"The London Times of 1904". A copy is available here as well as likely in other locations on the Internet.
In "From The London Times of 1904", The Author Mark Twains dabbles in Science-Fiction, talking about a fictional Telectroscope, a fictional device invented by the year 1904, which would allow a person to send information, images and other amazing things through the use of the already widespread telephone wires. In effect, he predicted the invention of the Internet, albeit being off by a few decades.
The inventor of the Telectroscope, Szczepanik, disappears, and a body resembling him is found in the basement of Clayton, who had quarreled with him. Clayton is exonerated just before the lever is pulled on the gallows when the narrator, trying to divert himself while watching the coronation of the emperor in Peking, spots Szczepanik in the crowd.
How had he come to disappear from among us? It was
easily explained. He had not grown used to being worldfamous, and had been forced to break away from the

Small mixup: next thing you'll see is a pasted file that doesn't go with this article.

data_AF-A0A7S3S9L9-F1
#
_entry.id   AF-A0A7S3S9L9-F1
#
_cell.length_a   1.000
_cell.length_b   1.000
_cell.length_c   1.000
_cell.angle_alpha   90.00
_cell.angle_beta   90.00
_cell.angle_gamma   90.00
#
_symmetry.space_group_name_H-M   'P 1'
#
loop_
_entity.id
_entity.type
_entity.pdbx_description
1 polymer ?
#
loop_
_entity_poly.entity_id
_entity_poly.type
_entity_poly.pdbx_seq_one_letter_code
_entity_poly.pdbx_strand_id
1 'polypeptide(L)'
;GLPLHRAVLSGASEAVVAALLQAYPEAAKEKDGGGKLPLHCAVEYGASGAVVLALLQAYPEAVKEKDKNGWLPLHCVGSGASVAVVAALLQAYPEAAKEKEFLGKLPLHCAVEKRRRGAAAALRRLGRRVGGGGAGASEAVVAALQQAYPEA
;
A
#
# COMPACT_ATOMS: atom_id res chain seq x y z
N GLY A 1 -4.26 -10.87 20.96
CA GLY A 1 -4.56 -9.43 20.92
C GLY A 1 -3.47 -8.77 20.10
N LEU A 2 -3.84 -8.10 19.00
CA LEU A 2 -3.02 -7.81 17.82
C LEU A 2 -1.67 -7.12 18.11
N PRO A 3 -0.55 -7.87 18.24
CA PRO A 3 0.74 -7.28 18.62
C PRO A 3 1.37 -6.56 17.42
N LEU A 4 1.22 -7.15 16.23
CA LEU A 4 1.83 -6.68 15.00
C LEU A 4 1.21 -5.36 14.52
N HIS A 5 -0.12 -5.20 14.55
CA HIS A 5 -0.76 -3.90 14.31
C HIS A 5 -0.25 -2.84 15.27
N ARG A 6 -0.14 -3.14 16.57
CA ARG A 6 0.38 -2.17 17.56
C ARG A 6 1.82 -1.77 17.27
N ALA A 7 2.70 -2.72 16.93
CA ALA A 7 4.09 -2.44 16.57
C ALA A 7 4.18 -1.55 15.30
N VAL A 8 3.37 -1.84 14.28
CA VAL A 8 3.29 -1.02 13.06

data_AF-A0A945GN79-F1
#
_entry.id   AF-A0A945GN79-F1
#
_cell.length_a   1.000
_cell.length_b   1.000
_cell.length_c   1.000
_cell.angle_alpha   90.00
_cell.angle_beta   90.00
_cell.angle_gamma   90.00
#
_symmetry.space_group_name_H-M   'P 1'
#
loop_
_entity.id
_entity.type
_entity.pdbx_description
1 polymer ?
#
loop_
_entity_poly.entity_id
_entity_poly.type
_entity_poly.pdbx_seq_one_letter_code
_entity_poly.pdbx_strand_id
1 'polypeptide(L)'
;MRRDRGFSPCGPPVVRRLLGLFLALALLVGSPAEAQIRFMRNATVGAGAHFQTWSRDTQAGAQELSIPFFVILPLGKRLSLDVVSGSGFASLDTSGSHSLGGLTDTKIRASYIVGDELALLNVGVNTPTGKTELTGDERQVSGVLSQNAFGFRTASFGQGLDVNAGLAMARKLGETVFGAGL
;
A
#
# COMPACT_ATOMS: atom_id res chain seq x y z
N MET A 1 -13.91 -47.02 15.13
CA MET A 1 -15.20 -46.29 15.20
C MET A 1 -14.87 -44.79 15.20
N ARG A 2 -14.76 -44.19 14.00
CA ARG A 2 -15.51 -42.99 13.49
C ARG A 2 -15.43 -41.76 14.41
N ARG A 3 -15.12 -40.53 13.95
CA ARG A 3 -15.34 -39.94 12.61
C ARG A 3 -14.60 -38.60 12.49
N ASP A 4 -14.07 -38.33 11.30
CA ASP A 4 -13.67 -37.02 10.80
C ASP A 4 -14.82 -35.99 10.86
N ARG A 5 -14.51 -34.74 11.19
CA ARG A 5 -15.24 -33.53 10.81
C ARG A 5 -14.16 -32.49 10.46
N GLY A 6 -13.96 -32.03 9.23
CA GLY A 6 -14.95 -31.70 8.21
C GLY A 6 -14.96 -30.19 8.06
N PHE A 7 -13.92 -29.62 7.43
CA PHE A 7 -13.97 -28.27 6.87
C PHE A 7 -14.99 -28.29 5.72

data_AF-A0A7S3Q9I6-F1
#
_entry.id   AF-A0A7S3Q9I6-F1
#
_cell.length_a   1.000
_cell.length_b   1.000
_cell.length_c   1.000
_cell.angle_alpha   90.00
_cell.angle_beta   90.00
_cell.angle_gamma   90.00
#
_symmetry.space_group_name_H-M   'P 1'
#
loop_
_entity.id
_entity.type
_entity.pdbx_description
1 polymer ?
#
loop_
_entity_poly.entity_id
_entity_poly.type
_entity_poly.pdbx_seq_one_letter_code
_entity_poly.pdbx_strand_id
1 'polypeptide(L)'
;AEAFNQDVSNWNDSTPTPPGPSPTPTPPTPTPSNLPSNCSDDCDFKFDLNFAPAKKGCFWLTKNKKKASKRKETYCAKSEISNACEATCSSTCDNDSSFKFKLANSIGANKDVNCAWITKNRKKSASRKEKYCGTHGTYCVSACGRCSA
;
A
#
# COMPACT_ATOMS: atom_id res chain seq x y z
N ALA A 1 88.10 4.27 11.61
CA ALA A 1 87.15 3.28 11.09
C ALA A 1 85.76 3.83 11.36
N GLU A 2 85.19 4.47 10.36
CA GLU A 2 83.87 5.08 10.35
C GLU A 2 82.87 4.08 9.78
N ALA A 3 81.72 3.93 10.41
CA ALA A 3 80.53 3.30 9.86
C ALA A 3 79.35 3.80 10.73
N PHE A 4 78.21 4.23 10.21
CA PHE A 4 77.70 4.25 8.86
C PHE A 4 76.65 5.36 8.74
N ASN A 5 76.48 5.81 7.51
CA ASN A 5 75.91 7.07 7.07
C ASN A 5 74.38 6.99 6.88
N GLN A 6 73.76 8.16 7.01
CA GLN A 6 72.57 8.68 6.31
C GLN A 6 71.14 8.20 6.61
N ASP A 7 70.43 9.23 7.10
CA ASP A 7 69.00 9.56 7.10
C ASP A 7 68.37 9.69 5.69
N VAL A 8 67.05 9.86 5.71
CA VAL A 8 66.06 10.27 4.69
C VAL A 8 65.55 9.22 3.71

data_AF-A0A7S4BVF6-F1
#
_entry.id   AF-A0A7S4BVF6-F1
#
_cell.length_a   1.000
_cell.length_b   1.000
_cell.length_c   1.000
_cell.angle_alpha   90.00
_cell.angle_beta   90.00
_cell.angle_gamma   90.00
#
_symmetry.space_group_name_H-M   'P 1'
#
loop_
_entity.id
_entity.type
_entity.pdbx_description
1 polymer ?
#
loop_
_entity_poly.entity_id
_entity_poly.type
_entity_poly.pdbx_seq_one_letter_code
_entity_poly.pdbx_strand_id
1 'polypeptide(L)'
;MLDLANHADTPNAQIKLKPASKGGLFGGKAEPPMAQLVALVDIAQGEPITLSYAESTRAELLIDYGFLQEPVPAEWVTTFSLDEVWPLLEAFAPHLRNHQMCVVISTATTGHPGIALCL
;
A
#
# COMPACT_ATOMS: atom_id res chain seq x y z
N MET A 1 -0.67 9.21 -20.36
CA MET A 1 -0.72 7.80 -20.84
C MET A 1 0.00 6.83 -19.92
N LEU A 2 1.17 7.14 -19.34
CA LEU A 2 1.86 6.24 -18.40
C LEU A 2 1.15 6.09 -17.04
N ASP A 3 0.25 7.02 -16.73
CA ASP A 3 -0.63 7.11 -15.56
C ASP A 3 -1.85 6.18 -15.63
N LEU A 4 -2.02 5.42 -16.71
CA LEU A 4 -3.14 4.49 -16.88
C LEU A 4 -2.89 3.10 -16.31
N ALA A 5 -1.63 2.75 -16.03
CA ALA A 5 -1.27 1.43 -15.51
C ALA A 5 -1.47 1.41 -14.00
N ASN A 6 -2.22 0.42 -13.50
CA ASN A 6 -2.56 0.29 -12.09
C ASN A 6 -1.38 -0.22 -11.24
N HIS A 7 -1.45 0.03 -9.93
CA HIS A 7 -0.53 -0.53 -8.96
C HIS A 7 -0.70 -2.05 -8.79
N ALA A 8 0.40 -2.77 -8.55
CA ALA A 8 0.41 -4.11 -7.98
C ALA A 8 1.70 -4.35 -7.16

lionizing that was robbing him of all privacy and repose.
So he grew a beard, put on colored glasses, disguised
himself a little in other ways, then took a fictitious name,
and went off to wander about the earth in peace.
As for the corpse, Clayton's "feeble" and "far-fetched"
explanation must in fact have been correct. The body's
resemblance to Szczepanik and discovery after the
inventor's disappearance were nothing more than
extremely unlucky coincidences.
Such is the tale of the drama which began with an
inconsequential quarrel in Vienna in the spring of 1898,
and came near ending as a tragedy in the spring of 1904.
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